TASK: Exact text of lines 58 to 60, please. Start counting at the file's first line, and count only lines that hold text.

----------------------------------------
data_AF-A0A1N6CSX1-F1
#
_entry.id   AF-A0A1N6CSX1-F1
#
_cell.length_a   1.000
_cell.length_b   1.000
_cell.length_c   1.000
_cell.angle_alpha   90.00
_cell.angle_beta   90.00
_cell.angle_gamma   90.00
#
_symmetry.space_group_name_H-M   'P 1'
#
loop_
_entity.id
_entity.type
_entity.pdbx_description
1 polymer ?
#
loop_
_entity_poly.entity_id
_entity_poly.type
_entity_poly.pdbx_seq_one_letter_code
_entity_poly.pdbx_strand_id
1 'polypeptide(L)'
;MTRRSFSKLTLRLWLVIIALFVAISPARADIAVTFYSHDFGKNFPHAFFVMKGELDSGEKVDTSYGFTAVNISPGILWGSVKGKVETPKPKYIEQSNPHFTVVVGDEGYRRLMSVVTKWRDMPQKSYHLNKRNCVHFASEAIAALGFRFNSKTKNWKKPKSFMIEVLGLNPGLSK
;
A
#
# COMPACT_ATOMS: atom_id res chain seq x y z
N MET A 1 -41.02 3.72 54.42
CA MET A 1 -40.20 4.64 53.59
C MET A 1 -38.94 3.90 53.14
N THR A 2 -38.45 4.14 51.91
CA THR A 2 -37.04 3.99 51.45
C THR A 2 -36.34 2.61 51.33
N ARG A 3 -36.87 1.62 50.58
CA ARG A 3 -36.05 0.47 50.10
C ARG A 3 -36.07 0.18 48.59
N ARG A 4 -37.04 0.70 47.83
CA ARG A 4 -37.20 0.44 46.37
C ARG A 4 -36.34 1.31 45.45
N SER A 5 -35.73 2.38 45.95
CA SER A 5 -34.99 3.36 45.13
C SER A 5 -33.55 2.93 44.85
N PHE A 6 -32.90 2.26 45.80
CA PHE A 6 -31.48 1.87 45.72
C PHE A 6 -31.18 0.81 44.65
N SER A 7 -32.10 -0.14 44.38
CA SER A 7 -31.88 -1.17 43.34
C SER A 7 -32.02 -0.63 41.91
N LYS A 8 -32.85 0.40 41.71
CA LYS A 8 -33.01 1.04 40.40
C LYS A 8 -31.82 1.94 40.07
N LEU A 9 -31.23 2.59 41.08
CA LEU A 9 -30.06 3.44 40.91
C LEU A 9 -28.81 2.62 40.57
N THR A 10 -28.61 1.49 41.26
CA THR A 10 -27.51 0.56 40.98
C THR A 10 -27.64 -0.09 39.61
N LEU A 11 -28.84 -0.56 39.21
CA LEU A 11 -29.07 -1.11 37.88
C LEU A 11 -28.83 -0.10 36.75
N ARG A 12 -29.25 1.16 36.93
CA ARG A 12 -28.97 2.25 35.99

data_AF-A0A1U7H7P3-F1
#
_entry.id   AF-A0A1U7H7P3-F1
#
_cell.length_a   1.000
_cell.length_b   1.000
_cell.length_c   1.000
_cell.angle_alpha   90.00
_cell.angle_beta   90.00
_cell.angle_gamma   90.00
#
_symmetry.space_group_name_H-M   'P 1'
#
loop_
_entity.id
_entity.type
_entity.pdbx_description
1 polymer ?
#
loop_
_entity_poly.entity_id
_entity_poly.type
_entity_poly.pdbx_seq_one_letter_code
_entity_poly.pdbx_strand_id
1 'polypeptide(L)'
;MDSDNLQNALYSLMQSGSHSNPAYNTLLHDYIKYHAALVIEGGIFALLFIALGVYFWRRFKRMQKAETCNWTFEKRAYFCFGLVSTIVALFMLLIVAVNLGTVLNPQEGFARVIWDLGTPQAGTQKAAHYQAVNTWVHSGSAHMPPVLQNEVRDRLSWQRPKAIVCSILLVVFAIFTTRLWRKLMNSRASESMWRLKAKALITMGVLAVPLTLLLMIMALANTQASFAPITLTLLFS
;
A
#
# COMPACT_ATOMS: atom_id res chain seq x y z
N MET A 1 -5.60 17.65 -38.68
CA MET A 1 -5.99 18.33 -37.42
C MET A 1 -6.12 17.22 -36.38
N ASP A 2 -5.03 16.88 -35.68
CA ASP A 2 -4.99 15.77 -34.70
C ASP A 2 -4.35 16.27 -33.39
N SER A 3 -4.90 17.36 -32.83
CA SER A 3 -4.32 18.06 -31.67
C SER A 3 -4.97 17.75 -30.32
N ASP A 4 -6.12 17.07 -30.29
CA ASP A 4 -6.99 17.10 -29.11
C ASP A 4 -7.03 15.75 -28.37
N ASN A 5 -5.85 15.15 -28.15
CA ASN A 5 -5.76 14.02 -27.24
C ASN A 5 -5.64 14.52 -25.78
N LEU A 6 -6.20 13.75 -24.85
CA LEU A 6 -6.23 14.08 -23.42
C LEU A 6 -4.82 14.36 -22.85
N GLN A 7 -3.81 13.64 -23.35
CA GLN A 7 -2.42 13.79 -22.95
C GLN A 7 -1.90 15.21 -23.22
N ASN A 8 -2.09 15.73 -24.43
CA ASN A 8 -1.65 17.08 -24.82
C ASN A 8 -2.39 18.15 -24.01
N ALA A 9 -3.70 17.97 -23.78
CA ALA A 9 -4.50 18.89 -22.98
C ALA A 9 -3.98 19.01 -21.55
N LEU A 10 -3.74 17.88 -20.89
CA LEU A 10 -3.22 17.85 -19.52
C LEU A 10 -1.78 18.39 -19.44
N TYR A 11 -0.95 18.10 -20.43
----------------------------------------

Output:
N THR A 10 -28.61 1.49 41.26
CA THR A 10 -27.51 0.56 40.98
C THR A 10 -27.64 -0.09 39.61